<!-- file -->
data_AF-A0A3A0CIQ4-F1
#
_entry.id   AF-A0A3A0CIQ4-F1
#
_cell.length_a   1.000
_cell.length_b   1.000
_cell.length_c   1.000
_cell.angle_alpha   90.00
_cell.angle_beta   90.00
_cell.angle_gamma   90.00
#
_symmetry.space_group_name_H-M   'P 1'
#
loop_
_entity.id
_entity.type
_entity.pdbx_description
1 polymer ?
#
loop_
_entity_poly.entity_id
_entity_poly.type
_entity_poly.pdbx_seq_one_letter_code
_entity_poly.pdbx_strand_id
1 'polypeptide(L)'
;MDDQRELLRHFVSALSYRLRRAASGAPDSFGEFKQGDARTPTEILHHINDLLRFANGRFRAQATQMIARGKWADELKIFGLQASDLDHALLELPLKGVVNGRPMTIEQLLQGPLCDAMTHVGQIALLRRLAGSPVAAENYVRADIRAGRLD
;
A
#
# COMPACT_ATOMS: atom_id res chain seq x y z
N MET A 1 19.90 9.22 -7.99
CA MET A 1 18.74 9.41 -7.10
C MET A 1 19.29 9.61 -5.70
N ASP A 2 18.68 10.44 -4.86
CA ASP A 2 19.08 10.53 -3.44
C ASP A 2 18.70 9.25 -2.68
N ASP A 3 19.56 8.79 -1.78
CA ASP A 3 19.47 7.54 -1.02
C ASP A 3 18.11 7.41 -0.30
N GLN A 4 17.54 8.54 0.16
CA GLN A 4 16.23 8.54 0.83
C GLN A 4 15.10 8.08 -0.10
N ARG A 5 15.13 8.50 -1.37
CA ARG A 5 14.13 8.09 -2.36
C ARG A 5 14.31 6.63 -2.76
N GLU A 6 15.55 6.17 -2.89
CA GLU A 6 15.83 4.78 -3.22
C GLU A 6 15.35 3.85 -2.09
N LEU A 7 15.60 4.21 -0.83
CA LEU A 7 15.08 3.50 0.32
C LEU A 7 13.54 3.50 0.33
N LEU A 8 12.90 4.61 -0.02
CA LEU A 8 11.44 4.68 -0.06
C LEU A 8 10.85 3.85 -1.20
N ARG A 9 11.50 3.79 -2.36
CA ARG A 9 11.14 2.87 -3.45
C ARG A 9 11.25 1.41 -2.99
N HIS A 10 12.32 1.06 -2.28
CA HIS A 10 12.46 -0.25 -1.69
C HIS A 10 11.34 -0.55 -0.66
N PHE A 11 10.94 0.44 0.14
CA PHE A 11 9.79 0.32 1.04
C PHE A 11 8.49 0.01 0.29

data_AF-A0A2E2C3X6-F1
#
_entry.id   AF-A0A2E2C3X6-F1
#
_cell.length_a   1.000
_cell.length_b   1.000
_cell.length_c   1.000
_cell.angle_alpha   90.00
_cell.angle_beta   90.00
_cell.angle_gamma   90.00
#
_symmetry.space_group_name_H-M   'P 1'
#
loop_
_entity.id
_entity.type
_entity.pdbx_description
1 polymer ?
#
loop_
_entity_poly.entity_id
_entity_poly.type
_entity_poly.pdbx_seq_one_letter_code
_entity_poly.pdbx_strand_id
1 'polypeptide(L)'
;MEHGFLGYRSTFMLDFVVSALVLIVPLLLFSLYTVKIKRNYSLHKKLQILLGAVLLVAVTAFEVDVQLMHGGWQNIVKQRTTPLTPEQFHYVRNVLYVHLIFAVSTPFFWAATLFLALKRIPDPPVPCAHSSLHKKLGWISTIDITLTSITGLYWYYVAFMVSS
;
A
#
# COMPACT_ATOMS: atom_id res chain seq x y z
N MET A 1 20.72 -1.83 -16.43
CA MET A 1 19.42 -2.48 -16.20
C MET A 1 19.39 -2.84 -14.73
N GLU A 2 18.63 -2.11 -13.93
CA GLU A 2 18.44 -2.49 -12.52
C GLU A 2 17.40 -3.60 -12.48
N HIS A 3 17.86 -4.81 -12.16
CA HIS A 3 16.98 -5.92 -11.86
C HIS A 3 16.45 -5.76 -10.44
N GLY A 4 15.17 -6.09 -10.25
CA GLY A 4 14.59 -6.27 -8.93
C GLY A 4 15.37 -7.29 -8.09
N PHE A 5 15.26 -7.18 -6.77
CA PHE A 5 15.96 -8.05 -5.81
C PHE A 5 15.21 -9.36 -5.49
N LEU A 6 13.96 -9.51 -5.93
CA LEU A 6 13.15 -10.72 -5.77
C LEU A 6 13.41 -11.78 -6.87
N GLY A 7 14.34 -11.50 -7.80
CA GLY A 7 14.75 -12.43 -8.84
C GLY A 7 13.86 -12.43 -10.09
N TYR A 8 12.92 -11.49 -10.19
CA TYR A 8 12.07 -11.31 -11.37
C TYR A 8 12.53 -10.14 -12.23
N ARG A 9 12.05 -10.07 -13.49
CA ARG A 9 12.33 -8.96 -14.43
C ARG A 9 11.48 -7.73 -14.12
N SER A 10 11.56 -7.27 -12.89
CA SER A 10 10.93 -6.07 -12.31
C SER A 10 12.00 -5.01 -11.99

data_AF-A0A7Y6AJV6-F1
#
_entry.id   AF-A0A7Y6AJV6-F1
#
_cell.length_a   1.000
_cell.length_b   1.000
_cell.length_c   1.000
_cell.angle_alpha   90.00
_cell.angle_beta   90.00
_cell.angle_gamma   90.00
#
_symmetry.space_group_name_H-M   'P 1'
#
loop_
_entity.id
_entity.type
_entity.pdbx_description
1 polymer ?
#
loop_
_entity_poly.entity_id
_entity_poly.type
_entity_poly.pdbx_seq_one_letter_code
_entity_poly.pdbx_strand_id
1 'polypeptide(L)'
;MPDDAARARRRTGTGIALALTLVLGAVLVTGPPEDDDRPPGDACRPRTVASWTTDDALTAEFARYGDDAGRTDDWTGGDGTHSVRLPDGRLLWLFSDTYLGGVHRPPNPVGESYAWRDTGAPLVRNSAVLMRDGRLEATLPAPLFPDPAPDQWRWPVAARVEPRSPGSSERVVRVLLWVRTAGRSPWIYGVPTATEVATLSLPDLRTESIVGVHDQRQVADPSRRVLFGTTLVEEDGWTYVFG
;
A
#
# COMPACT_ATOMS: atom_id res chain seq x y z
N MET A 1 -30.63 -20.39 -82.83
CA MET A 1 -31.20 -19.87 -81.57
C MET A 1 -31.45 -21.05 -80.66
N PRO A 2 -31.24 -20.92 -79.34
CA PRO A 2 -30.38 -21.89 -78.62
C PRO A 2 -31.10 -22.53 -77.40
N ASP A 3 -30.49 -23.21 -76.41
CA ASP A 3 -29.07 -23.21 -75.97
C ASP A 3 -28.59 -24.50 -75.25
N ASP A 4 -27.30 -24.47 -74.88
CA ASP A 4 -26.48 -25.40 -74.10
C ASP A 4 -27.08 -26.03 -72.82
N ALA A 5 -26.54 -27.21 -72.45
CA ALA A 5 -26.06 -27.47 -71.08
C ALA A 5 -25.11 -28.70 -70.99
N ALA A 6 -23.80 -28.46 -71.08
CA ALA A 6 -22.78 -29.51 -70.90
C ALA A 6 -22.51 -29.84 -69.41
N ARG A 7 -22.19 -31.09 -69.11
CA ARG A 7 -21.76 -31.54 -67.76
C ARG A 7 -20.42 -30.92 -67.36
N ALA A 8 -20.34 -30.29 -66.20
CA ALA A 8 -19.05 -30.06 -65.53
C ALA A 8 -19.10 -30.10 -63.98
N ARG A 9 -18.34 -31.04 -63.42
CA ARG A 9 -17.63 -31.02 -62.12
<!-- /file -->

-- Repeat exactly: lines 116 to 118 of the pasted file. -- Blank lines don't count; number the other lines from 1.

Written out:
CA TYR A 8 12.07 -11.31 -11.37
C TYR A 8 12.53 -10.14 -12.23
N ARG A 9 12.05 -10.07 -13.49